The Rocket Owls’ design is scheduled to be examined by a panel of scientists and engineers from NASA today. Once it is approved, the Citrus students can begin building their rocket.
The Rocket Owls will be competing with teams from 34 other colleges and universities across the United States in April in Huntsville, Ala. Teams must build and launch a six foot long, reusable rocket that meets specific requirements.
Citrus College is the only California community college and one of seven two-year colleges selected for the competition. Two other teams from California—UC Davis and California Polytechnic University, Pomona—have also been chosen to participate.
The NASA program also includes such schools as Massachusetts Institute of Technology, Northwestern, and Purdue Universities.
“Basically the goals are for us to make a rocket that can go up to an altitude of one mile and carry some sort of scientific payload on board,” said team leader and 26-year-old applied physics major, Andrew Ferguson.
“We have to go through several life cycle stages just like a real NASA project would.”
The team is required to create a website on which they will document the experiment. The preliminary design will be examined via video conference and if it passes the team will begin building.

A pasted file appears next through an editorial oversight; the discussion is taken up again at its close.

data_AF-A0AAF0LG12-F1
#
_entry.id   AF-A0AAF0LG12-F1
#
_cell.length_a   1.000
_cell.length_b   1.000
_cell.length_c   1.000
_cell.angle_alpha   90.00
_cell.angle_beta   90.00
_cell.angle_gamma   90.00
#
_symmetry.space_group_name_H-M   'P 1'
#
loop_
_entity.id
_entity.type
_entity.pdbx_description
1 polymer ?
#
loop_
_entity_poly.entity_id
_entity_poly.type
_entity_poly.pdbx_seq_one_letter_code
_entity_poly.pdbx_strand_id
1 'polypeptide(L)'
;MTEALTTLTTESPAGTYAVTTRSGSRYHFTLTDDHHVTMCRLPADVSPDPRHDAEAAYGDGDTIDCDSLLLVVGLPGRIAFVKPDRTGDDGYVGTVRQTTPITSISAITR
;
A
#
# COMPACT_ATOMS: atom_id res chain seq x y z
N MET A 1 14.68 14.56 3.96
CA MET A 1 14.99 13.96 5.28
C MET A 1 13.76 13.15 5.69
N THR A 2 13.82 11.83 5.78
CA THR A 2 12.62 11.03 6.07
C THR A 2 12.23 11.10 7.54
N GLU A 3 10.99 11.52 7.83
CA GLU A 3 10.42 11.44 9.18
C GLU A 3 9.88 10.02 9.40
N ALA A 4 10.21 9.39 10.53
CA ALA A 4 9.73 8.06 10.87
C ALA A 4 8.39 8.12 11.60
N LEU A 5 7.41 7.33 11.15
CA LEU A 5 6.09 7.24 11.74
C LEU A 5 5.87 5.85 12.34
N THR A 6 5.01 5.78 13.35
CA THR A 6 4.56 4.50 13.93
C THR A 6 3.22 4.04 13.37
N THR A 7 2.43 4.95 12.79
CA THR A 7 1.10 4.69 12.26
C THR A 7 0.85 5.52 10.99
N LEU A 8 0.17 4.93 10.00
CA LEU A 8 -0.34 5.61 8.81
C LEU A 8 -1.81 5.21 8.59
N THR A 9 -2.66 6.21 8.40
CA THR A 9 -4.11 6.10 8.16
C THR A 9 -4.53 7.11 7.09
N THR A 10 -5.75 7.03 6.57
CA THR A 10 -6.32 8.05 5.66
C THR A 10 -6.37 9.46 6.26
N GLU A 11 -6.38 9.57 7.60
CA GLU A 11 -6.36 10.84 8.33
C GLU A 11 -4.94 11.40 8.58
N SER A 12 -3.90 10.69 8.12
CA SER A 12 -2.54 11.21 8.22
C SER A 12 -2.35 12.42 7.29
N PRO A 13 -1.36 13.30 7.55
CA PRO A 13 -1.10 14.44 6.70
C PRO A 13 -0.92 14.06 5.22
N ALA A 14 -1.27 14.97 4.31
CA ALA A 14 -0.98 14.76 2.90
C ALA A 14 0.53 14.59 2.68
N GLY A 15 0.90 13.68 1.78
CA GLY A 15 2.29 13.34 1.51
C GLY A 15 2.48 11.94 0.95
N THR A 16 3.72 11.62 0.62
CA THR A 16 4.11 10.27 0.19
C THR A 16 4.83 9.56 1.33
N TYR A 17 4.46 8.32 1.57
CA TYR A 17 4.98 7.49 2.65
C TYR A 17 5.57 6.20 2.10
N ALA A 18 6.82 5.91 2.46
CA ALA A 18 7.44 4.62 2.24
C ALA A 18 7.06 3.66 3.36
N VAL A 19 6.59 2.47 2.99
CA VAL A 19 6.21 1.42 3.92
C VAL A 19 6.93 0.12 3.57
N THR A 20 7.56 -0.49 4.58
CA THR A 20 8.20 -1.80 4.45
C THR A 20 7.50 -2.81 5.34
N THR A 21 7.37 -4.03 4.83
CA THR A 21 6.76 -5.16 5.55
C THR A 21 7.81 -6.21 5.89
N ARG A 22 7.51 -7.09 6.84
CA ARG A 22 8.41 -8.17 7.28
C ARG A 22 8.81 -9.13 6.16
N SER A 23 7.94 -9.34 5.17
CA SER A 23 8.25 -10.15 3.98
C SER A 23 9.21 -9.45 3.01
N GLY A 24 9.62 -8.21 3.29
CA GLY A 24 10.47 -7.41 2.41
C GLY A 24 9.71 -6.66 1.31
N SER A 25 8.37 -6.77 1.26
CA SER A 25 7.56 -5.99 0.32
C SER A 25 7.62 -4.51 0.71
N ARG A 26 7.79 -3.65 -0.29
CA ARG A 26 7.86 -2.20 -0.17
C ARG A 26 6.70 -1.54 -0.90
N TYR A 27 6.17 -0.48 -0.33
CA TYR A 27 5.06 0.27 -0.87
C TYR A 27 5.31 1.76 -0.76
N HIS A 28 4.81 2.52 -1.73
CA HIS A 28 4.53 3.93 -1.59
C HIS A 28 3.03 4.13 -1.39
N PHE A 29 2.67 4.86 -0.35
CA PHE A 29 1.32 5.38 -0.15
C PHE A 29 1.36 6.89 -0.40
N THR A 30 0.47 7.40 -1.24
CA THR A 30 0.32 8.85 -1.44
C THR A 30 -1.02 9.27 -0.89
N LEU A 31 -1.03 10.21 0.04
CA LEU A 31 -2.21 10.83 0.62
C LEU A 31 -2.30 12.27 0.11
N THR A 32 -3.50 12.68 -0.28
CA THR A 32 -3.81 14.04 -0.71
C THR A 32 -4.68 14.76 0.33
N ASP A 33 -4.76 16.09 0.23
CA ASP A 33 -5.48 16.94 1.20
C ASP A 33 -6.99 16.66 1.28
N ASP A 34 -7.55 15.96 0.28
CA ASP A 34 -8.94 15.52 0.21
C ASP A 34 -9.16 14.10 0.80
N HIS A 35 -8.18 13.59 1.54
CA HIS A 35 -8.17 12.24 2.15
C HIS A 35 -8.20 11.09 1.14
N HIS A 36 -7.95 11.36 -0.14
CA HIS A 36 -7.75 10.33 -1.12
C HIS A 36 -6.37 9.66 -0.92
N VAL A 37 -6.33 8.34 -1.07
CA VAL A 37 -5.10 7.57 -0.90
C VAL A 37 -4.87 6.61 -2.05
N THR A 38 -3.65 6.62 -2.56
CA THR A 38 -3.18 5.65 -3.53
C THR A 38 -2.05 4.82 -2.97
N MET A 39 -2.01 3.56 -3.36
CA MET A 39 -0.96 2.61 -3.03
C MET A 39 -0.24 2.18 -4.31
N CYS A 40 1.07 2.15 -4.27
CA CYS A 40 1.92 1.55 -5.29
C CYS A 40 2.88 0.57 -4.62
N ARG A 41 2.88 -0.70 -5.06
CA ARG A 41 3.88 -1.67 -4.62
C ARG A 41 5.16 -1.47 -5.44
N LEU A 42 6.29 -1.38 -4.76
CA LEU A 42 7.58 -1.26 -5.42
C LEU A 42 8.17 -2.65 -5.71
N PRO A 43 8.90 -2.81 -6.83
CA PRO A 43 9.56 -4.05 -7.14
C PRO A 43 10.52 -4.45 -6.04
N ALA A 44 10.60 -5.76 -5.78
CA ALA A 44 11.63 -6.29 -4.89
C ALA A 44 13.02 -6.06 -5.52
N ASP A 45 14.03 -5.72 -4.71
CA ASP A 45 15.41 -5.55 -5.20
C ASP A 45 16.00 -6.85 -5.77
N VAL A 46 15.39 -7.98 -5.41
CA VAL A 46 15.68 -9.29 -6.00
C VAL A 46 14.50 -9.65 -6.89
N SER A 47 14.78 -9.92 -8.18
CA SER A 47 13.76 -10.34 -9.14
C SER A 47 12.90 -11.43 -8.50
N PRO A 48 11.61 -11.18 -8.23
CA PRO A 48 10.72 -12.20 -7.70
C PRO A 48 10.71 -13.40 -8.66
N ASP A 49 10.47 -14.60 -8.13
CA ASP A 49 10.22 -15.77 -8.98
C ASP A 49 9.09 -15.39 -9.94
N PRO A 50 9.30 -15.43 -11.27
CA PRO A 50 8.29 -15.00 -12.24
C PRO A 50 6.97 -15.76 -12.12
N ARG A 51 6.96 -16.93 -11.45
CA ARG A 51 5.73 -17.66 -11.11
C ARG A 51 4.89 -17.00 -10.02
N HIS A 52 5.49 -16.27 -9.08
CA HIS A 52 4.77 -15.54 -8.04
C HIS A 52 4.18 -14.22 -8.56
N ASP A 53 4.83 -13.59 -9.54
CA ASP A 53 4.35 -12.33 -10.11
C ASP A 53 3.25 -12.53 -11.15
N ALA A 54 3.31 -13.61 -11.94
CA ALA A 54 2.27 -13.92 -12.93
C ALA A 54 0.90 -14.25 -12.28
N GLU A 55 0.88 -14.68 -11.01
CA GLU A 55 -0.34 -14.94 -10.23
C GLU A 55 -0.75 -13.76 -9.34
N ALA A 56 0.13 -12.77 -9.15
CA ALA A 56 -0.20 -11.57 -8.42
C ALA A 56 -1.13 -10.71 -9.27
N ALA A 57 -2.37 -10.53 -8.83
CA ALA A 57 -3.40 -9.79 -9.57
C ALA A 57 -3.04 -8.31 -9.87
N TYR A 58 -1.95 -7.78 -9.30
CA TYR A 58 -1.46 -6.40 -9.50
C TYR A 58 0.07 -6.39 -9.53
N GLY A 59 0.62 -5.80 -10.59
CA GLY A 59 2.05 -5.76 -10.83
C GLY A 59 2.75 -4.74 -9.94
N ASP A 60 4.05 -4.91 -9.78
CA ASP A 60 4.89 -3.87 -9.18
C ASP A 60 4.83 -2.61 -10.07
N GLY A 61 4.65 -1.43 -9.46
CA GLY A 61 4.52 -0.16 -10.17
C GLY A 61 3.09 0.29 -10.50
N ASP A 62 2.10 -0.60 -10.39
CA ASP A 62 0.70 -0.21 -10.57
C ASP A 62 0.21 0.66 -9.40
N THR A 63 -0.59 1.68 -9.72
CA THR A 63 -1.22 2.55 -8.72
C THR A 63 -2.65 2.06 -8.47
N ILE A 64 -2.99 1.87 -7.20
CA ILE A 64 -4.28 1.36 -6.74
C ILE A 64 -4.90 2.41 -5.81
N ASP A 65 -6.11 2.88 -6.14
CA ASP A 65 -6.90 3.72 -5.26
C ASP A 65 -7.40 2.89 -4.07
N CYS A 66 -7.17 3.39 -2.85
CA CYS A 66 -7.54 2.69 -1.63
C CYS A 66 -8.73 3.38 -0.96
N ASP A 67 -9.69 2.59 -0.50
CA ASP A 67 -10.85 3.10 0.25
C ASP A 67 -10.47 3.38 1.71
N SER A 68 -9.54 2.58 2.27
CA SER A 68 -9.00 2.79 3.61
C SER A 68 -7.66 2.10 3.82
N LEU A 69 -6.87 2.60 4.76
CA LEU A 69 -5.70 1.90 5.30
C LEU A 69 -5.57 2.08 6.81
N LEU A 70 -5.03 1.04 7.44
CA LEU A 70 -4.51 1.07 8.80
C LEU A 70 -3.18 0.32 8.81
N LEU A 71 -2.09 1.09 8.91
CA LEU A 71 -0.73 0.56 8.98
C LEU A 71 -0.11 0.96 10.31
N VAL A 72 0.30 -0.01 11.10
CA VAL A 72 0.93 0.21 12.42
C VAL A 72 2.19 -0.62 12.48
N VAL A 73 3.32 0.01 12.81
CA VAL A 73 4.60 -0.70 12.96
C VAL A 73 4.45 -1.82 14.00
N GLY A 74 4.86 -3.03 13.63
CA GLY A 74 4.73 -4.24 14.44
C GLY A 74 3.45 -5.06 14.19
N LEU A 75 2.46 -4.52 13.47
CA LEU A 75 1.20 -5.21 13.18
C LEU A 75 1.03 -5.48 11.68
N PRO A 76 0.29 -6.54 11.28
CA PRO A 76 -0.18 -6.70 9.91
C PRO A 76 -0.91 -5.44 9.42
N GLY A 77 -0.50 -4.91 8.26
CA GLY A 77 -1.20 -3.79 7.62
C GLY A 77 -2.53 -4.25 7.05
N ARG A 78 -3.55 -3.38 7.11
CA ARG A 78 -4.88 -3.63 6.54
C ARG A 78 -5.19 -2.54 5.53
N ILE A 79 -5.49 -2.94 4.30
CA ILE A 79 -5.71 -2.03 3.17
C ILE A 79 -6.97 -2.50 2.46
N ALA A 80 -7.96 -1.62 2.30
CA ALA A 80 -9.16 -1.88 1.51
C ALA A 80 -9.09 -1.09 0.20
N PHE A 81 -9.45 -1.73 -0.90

They must also become involved in community outreach to help raise awareness of educational and professional opportunities in science, technology, engineering and math. The Citrus team hopes to reach 2,000 students in the next six months.
The team has already done demonstrations at Wilson Middle School in Glendale and Stevenson Middle School in Los Angeles, helping students build and launch bottle rockets or parachutes.
“The Rocket Owls plan to raise awareness of the science of rockets and STEM in the community, which is an important part of the USLI project,” said Lucia Riderer, Rocket Owls advisor and Citrus College physics instructor.
The Rocket Owls are a first-year team of six science and engineering students.
The members are Phoebe Sulzen, Yu-Han Chaing, Carey Gunter, Jo Jamison, Benjamin Rhodes-Wickett and Ferguson.
“I love NASA, and I love exploring new areas of engineering so the opportunity to be a part of a NASA project building a rocket was one I couldn’t let by,” said Phoebe Sulzen, a 22-year-old mechanical engineering major.